Markets Overview

  • ASX SPI 200 futures down 0.8% to 7,659.00
  • Dow Average down 0.4% to 38,880.57
  • Aussie down 0.6% to 0.6581 per US$
  • US 10-year yield rose 10.4bps to 4.2942%
  • Australia 3-year bond yield rose 3.4 bps to 3.68%
  • Australia 10-year bond yield rose 4 bps to 4.06%
  • Gold spot down 0.5% to $2,163.03
  • Brent futures up 1.4% to $85.18/bbl

Economic Events

The world’s biggest bond market sold off after another hot inflation report reinforced bets the Federal Reserve will be in no rush to cut rates even as some areas of the economy show signs of sluggishness.

Treasury yields rose and stocks fell as the data underscored the Fed’s challenges in achieving its 2% inflation goal. Following the steps of the consumer-price data, the producer price index also signaled a pickup in cost pressures. In contrast, retail sales missed estimates. While it’s probably early to draw any conclusions, the set of figures raised some eyebrows about the specter of stagflation.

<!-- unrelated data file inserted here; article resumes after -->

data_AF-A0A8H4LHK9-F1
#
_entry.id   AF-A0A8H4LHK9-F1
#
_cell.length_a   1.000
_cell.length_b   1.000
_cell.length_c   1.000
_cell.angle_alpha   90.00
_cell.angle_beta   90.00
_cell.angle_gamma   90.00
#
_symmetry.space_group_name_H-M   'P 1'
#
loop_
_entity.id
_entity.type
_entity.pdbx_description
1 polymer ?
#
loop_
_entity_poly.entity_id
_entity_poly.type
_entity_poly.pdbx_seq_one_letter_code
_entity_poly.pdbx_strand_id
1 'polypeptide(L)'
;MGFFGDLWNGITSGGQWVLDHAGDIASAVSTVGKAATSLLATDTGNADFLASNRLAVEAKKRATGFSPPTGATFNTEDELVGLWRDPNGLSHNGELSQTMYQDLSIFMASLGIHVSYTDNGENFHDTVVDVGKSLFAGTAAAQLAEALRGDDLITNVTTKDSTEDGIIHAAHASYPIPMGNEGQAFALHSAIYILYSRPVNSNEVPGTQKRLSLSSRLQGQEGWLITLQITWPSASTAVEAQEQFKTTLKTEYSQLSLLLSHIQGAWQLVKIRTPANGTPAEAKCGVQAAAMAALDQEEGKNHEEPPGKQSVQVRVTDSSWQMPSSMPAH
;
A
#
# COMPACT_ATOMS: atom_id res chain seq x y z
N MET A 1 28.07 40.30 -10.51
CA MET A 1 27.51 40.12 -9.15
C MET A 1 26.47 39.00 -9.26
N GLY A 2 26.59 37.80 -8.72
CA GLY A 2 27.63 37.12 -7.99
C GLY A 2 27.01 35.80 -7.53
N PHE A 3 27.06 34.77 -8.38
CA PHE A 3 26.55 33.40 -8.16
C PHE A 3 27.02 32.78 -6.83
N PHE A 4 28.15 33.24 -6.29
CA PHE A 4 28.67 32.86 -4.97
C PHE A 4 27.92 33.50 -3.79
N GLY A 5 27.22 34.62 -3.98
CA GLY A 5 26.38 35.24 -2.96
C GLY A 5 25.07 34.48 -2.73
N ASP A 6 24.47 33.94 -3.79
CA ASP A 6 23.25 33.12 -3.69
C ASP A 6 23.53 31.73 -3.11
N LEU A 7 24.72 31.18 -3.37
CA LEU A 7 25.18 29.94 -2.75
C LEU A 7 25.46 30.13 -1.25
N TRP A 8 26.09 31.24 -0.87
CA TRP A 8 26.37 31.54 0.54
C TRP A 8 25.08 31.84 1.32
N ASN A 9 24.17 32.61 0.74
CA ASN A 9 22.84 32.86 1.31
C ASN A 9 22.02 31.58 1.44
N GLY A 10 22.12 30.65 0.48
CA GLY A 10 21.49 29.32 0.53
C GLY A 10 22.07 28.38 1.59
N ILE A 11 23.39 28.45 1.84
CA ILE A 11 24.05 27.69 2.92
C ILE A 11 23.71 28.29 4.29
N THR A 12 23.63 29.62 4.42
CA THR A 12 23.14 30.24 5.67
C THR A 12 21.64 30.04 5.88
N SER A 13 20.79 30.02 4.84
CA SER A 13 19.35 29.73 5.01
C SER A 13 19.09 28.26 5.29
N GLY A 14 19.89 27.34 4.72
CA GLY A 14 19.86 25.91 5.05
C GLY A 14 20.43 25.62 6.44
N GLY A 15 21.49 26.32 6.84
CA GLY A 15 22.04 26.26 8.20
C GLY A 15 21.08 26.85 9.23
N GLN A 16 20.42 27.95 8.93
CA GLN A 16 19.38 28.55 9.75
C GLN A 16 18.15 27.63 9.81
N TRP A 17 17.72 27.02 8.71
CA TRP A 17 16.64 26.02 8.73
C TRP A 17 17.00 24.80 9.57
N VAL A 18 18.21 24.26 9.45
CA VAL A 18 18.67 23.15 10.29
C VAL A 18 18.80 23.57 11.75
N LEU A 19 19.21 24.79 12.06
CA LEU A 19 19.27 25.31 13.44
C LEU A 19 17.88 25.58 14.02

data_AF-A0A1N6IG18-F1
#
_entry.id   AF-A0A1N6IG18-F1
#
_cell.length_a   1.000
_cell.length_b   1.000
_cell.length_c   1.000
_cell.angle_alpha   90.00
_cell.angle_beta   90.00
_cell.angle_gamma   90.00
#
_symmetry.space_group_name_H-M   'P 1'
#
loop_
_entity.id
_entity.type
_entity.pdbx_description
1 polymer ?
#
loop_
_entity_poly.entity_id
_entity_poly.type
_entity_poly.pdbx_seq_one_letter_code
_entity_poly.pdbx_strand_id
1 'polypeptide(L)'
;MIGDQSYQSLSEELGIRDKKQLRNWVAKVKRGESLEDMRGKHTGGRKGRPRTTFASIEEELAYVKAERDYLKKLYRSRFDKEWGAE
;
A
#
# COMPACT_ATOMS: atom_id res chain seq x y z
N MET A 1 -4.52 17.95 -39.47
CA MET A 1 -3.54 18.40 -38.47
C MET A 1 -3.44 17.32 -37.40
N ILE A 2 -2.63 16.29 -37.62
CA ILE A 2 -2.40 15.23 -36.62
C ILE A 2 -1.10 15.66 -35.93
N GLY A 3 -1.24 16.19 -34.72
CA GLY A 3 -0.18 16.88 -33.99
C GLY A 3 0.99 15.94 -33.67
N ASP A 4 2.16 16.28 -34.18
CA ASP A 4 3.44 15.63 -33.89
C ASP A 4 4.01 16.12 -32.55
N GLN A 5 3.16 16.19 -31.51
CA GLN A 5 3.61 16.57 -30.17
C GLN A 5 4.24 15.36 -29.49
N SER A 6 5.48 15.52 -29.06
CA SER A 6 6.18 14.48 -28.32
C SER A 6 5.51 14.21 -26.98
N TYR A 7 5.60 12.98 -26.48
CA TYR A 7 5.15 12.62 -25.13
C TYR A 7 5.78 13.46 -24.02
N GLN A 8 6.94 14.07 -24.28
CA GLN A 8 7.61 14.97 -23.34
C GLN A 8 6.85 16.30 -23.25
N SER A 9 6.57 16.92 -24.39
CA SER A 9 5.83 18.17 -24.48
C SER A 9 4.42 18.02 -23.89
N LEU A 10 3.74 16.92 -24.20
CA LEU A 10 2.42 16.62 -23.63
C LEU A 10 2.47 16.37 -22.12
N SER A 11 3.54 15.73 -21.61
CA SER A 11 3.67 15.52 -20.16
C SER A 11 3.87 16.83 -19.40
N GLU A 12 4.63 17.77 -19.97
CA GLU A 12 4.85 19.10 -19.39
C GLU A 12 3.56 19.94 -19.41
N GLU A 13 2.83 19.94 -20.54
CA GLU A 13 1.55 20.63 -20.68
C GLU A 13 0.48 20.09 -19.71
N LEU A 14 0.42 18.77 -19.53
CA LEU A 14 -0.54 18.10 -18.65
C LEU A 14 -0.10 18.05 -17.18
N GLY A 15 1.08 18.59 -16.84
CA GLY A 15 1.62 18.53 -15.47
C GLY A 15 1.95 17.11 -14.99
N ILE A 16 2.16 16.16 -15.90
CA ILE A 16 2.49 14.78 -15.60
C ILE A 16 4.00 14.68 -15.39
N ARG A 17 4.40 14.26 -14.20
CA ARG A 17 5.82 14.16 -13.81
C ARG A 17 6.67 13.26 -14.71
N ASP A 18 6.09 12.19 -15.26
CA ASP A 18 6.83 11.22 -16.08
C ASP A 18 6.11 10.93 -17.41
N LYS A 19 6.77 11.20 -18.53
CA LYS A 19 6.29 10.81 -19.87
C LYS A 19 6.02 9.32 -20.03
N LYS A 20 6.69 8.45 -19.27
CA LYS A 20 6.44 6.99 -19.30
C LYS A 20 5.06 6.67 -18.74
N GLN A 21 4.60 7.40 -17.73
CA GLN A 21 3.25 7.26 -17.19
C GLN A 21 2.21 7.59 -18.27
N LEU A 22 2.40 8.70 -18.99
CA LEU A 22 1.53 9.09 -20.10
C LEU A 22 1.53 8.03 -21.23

US 10-year yields climbed 10 basis points to 4.29%. Traders pared bets on Fed cuts in 2024, with swaps fully pricing in a first move in July. The S&P 500 fell to around 5,150 ahead of Friday’s options expiration — which has the potential to amplify volatility. The dollar rose. Oil topped $81.

Other News

The odds of a weather-roiling La Niña in the coming months are rising, elevating the risk of an unusually active Atlantic hurricane season.

The chances of La Niña, a cooling of the equatorial Pacific, rose to 82% for August, September and October, the US Climate Prediction Center said. Last month there was a 74% chance.

“The numbers edged upwards, not dramatically, and the timing still seems to be the same as to what we were predicting last month,” said Michelle L’Heureux, a forecaster with the center.

La Niña can lead to droughts in South America and California and more rain across parts of Indonesia and Australia. Currently a strong El Niño, or warming in the Pacific, is winding down. La Niñas often follow intense El Niños because of a phenomenon known as discharge, when heat on the equator migrates toward the poles and cold deep-ocean waters rise to take its place.